Defense News: War Supplemental Not Needed to Fund Troops
According to a plausible AP report last Thursday, heavy political pressure was expected on the House Democratic leadership this week to approve a war supplemental for Afghanistan that contains no money to avoid impending layoffs of school teachers and other public employees, nor any kind timetable for military drawdown from Afghanistan. No doubt many Republicans who support the endless and pointless war and who oppose spending to avoid layoffs of teachers and other public employees and to boost the domestic economy might be sorely tempted to try to bully House Democrats into quickly approving the war money by accusing them of "not supporting the troops" if they refuse to approve the money this week, trying to imply that if the war supplemental is not approved this week, pay or supplies for the troops might be endangered.
But this claim has been objectively refuted by Obama Administration officials. If the war supplemental is not approved this week, the troops will still be paid and the troops will still be fully supplied. There is no "emergency" requiring action this week; there plenty of time for the House Democratic leadership to insist on provisions in the war supplemental different from those preferred by the Senate, including money for teachers and some kind of timetable for military drawdown in Afghanistan.
Defense News reports:
[Army Undersecretary Joseph] Westphal said that if the Army doesn't get the supplemental money soon, Army operations and maintenance accounts will begin to run dry in mid-August. Operations in Afghanistan and Iraq won't be affected, he said, but training, equipment maintenance and other activity on bases in the United States could be curtailed, he said.
Rep. John Kline, R-Minn., asked, "Are we really looking at not paying" troops who are fighting the wars?" Westphal assured him that soldiers will get paid. "What we're concerned about is civilians."
Navy Undersecretary Robert] Work and [Air Force Undersecretary Erin] Conaton said that Navy and Air Force uniformed personnel might, indeed, encounter pay problems late in September.
That sounds scary, but it's not likely. Legislation passed 150 years ago ensures that troops won't go unpaid. The Feed and Forage Act of 1861 allows the government to pay for essential national security expenses, including pay for troops, even without an appropriation passed by Congress.[all emphasis mine.]
Under current law, the government can continue to pay for "essential national security expenses, including pay for troops" without a Congressional appropriation. Furthermore, we are informed, some uniformed personnel "might" encounter pay problems "late in September." Even if Congress leaves town this week without passing the war supplemental, Congress is coming back in early September, in plenty of time to make sure that no uniformed personnel "encounter pay problems."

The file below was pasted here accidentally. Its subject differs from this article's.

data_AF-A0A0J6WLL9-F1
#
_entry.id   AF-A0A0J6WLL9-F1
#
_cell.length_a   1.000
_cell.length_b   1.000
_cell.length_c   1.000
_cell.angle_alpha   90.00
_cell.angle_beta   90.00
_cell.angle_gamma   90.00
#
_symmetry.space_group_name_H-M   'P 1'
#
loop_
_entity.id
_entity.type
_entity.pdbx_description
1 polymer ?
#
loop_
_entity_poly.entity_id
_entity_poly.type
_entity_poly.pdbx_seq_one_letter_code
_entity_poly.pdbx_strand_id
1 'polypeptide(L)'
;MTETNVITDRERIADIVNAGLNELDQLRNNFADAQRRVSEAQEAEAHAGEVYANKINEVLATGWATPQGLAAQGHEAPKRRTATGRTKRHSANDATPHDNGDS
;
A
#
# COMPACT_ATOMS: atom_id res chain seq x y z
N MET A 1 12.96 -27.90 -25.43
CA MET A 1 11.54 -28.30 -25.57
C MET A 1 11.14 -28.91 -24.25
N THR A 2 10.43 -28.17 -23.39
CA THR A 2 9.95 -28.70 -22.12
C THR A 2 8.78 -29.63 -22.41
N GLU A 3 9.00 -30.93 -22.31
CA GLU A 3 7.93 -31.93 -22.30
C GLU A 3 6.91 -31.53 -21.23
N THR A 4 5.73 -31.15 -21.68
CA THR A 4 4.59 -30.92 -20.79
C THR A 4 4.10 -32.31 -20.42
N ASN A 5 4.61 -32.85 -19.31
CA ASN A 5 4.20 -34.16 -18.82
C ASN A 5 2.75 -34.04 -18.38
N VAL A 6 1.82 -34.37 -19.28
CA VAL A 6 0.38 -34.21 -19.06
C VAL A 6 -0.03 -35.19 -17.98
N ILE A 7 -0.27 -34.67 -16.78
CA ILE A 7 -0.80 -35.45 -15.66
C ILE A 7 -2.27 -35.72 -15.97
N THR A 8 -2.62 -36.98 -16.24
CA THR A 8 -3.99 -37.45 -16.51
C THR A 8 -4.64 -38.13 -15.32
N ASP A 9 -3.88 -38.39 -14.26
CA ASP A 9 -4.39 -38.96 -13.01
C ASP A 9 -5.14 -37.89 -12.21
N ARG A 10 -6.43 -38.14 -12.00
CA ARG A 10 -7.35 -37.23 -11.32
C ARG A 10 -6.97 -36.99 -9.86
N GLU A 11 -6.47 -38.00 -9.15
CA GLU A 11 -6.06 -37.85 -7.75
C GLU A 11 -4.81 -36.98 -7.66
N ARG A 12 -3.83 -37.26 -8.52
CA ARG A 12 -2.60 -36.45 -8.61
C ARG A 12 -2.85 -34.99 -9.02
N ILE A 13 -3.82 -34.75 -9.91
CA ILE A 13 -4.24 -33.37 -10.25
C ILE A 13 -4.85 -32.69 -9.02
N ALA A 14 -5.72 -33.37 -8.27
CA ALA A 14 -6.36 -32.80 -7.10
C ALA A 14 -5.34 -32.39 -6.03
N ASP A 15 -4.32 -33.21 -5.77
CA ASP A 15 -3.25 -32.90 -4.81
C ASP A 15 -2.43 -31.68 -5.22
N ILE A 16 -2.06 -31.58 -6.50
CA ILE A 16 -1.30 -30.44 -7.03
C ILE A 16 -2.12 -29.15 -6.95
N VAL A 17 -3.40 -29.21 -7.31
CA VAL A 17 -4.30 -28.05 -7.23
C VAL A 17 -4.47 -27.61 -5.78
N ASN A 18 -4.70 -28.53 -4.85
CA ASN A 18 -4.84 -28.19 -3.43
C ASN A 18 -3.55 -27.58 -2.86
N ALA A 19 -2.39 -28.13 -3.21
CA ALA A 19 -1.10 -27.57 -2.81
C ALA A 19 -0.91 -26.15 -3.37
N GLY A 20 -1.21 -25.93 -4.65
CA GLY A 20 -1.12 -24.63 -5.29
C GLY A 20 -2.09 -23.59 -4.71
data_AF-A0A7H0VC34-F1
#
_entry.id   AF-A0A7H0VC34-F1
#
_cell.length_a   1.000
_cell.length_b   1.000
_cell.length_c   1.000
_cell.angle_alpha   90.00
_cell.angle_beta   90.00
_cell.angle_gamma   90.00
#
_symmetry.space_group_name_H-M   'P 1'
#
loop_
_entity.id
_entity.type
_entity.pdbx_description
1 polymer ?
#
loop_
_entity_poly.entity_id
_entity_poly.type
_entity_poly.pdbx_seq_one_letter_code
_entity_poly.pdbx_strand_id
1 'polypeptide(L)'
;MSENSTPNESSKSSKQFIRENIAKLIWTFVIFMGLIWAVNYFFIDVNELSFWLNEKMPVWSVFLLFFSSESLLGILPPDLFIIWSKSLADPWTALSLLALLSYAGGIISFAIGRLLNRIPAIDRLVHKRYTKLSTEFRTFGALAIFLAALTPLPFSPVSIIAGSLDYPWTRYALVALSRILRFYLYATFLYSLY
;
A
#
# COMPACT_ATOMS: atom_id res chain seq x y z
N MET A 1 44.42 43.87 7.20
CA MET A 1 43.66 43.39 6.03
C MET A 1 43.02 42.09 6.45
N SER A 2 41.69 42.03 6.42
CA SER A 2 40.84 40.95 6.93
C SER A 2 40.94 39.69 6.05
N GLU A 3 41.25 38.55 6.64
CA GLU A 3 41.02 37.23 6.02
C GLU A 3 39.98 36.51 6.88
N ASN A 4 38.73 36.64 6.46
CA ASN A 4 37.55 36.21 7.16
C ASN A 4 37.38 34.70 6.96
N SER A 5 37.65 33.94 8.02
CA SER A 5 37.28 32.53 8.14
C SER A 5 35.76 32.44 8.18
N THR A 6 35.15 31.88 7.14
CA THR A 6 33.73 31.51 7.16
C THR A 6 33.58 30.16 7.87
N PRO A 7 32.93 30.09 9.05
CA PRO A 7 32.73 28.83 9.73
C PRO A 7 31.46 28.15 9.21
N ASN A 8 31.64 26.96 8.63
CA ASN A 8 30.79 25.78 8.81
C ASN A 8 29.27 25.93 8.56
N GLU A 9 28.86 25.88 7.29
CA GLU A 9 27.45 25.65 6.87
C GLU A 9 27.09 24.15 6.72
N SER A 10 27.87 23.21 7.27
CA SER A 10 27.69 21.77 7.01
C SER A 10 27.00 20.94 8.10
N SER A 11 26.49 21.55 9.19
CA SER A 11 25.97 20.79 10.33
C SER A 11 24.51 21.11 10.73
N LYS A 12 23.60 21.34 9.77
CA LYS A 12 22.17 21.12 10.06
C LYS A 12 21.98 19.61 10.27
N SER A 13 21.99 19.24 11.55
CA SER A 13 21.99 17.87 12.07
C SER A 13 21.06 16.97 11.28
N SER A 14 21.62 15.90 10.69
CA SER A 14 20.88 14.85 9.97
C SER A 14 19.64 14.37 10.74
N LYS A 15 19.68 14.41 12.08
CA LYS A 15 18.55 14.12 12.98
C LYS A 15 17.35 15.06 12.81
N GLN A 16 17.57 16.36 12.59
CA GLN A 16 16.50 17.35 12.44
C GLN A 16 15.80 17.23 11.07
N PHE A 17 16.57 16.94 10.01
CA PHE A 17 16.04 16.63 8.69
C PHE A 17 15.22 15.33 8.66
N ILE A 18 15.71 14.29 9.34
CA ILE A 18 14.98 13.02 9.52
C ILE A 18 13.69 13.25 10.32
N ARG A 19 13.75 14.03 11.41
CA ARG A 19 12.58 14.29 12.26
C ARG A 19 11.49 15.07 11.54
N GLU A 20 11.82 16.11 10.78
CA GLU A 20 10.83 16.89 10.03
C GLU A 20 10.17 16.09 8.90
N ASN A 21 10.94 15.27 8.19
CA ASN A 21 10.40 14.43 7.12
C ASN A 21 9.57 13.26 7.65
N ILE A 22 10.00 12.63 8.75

The same Defense News article says that the Navy "might" have to furlough some civilian employees in mid-August if the war supplemental is not passed. While I would not wish an involuntary furlough on any civilian employees of the Navy in mid-August, the mere possibility that this might take place does not constitute a national emergency that should cut off debate on the war supplemental. Certainly, any civilian employees of the Navy who might face a temporary furlough in mid-August are in a much better position to make adjustments than the nation's unemployed who had to wait for Congress to extend unemployment benefits, thanks to the obstruction of Senate Republicans.
Since there is no emergency, there is no reason for House Democrats to get rolled by Senate Republicans without a fight. Existential issues are at stake about the war and about our national priorities. Is the indefinite pursuit of the war in the interest of the majority of Americans? Is it more important than saving the jobs of school teachers and other public employees?
Wikileaks has just released a trove of information about the war in Afghanistan. Congress and the American people need time to digest this information before Congress gives up its key leverage on the Administration until the next funding request.
Reporting on the trove of documents, the New York Times leads with:
A six-year archive of classified military documents made public on Sunday offers an unvarnished, ground-level picture of the war in Afghanistan that is in many respects more grim than the official portrayal.
This is an important and damning claim. We need time to evaluate it. If it is true that the Administration has misled us about how grim the situation is in Afghanistan, then the July 1 vote in the House on the McGovern-Obey-Jones amendment requiring a timetable for military withdrawal - which three-fifths of House Democrats supported - took place in the context of a misleading official portrayal. Congress and the American people have the right and responsibility to digest this information before Congress passes the war supplemental.
According to the website icasualties.org, which tracks the deaths of U.S. soldiers in Afghanistan, by the end of this week we will likely have passed a key milestone: the point at which the number of U.S. soldiers who have died in Afghanistan under President Obama has exceeded the number of U.S. soldiers who died in Afghanistan under President Bush. Congress should use this opportunity to reevaluate what we are doing and try to force a change in course. House Democrats have distinct interests from the Senate and the White House. Every one of them has to run for re-election in November. It's time for them to stand up. You can urge your Representative to oppose a jobless and timetable-free war supplemental by using FCNL's toll free number: 1-888-493-5443.